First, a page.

The City of Steamboat Springs and Mount Werner Water & Sanitation District received a Colorado Water Plan grant to develop a Critical Community Watershed Wildfire Protection Plan (CWP2) for the Fish Creek Basin. This plan looks before, during and after a wildfire to protect the critical drinking water water supply and infrastructure as well as overall watershed health.
Why Does It Matter?
Wildfires burn vegetation and alter soil properties, causing rainfall to run-off rather than soak in to the soil. With the loss of vegetation and root systems, landscapes can easily erode. Consequently, rainfall in burned watersheds often produces floods that carry debris, sediment, ash, and contaminants into water sources.
This has implications for water supply. Sediment fills reservoirs, decreasing storage capacities. Debris, sediment, ash and contaminants lower water quality, making the water more difficult and expensive to treat and make safe for drinking and cause unwanted tastes and odors.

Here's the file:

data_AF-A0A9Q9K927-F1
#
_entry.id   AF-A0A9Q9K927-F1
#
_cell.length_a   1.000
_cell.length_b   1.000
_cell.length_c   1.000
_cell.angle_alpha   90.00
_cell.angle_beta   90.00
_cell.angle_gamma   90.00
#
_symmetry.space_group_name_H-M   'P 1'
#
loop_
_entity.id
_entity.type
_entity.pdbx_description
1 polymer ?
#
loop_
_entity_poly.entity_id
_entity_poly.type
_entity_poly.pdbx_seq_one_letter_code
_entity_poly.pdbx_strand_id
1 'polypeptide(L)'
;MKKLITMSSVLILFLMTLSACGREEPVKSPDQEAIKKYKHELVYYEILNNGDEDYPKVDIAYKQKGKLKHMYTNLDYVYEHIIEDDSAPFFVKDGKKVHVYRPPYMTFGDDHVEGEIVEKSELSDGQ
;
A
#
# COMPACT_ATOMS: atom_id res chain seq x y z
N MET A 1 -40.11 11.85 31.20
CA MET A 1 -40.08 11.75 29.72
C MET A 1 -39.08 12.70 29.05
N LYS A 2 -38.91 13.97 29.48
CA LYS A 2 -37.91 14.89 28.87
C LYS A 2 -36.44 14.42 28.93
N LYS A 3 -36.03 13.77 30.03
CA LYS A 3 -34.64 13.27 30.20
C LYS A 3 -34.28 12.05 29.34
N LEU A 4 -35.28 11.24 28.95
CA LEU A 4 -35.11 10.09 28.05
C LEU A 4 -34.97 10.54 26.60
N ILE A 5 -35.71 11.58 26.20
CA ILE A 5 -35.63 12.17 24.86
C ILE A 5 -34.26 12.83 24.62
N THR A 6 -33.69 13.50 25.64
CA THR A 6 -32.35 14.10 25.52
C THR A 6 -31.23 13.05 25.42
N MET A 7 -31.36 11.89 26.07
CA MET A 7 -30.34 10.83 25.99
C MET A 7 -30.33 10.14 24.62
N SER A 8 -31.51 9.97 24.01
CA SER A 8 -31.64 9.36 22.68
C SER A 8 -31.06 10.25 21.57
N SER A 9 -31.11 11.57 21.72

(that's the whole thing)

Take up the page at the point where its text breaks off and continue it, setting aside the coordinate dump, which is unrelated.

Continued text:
Julie Baxter Water Resources Manager City of Steamboat Springs 970-871-8267 Email Julie Baxter
With the increasing frequency and severity of wildfires resulting from the cumulative impacts of climate change, overgrown forests, and pest infestations, managers of surface water supply systems in forested watersheds must address wildfire impacts when planning for water security
Steamboat Springs’ water is sourced from the Fish Creek basin, a heavily forested watershed, vulnerable to wildfire.
The basin provides over 90 percent of the community’s drinking water; and, the direct drainage to the Fish Creek Filtration Plant (FCFP) is located entirely within Routt National Forest (RNF).